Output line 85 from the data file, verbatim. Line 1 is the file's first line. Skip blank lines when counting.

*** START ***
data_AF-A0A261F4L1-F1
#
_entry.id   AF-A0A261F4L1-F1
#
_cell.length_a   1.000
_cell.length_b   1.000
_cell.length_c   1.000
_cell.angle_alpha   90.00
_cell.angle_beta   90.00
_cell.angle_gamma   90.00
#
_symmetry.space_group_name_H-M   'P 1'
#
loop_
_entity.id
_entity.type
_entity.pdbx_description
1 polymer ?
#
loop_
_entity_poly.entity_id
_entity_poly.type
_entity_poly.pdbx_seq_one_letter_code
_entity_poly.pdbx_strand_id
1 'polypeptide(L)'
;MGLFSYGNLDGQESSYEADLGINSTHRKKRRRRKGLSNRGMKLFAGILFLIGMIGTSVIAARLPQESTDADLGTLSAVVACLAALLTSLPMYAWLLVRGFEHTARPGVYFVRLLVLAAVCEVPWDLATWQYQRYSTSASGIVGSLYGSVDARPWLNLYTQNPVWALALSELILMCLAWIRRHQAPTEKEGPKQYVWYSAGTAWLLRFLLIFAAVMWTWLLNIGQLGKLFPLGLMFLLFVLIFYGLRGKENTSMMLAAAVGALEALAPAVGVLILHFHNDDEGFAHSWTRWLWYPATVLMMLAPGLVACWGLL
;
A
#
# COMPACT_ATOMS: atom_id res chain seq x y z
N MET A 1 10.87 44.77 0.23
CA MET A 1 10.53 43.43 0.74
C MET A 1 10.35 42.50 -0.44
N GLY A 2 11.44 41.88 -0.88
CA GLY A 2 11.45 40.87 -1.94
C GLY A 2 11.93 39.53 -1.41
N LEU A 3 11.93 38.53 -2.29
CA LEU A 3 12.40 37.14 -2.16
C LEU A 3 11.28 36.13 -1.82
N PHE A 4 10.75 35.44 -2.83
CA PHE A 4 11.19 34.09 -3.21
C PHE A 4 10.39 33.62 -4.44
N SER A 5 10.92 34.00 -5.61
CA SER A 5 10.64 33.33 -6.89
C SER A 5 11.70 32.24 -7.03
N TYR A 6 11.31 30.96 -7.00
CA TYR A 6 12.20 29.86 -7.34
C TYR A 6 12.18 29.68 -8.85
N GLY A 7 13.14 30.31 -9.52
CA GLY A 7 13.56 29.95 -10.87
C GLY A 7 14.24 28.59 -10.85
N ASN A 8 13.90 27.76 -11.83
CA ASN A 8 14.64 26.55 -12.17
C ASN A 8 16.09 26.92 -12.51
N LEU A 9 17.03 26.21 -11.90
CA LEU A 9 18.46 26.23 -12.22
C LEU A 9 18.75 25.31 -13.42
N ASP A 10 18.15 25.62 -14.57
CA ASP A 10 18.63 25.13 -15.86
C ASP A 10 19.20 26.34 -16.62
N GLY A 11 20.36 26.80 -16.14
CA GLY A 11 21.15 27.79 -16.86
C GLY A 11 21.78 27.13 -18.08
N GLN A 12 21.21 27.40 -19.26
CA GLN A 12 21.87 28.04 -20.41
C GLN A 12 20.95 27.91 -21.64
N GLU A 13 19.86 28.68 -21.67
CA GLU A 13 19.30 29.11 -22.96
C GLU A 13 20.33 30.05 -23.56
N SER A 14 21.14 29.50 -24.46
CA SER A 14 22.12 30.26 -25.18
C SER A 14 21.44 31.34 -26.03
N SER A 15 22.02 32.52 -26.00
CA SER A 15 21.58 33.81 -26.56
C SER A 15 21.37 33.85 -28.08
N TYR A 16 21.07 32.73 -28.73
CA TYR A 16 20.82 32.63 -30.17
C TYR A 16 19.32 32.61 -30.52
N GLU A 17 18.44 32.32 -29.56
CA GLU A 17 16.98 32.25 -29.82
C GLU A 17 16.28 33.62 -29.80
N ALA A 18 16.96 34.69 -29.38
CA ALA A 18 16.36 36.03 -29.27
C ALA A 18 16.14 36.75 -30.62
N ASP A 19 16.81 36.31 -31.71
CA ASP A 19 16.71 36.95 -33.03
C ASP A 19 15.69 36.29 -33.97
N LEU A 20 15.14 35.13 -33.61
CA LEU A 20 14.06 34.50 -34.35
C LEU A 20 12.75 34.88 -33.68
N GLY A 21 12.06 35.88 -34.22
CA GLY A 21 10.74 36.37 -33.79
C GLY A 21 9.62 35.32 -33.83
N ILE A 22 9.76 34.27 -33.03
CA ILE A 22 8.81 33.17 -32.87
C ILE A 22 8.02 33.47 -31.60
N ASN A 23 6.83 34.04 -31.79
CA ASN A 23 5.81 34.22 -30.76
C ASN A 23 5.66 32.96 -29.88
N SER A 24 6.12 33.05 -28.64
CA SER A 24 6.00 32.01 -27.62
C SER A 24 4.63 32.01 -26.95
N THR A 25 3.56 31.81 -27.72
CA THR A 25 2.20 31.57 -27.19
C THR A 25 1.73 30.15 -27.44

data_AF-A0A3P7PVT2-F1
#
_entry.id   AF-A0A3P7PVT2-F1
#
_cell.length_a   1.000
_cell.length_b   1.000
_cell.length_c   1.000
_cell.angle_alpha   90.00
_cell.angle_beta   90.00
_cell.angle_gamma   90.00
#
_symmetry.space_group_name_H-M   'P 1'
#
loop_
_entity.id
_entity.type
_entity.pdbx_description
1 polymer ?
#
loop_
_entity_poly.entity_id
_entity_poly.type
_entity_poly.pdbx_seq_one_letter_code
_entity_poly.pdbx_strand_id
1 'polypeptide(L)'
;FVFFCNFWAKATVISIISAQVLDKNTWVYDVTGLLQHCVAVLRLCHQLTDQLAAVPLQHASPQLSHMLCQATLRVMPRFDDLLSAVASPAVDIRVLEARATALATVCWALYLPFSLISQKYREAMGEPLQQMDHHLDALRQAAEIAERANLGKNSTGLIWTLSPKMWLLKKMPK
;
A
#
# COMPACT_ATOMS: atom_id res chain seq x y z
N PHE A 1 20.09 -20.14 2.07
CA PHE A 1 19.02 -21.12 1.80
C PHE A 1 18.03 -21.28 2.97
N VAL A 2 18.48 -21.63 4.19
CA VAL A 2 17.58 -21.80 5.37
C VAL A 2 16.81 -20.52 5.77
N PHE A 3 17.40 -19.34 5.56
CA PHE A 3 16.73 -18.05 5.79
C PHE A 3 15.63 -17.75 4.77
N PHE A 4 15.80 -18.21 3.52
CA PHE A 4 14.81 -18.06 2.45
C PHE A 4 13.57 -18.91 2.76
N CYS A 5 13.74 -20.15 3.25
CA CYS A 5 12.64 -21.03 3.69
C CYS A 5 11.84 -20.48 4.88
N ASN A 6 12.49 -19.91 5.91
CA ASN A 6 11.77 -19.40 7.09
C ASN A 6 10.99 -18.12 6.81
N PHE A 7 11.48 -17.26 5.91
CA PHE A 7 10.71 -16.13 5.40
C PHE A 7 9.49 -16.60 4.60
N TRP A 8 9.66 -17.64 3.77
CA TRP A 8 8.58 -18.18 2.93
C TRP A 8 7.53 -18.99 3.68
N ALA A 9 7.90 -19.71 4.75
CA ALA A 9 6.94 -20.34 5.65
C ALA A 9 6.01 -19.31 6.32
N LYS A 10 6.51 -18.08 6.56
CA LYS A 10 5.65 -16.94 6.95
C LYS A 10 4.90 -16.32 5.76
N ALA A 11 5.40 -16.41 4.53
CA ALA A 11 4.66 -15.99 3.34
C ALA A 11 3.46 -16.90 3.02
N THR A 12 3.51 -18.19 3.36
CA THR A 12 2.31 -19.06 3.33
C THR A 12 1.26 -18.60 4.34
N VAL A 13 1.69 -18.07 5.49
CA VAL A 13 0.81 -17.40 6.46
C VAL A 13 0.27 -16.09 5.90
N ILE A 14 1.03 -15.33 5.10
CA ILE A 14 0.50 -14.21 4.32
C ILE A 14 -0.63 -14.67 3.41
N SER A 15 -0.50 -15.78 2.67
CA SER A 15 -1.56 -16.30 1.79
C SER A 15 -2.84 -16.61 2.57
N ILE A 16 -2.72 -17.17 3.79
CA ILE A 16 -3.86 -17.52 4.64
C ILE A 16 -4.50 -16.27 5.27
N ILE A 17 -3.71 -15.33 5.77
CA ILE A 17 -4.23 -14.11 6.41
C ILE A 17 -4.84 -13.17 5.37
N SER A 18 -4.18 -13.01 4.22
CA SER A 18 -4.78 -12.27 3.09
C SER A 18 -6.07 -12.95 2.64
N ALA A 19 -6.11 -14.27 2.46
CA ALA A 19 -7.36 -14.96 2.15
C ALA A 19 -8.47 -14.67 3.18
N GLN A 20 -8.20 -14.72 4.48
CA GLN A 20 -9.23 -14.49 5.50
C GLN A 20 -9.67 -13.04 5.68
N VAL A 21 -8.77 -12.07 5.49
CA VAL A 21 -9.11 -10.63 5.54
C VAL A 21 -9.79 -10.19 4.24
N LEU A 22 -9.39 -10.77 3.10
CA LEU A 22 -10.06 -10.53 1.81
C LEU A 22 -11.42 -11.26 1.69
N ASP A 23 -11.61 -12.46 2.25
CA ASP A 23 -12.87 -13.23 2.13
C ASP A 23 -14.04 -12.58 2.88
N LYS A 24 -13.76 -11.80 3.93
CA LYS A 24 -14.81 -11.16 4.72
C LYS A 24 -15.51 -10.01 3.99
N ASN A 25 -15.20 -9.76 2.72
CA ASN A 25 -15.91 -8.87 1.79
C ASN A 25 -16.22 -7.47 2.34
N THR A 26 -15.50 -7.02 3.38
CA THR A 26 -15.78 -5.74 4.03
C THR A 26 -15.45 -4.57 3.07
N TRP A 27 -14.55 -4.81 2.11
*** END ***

N ASP A 19 16.81 36.31 -31.71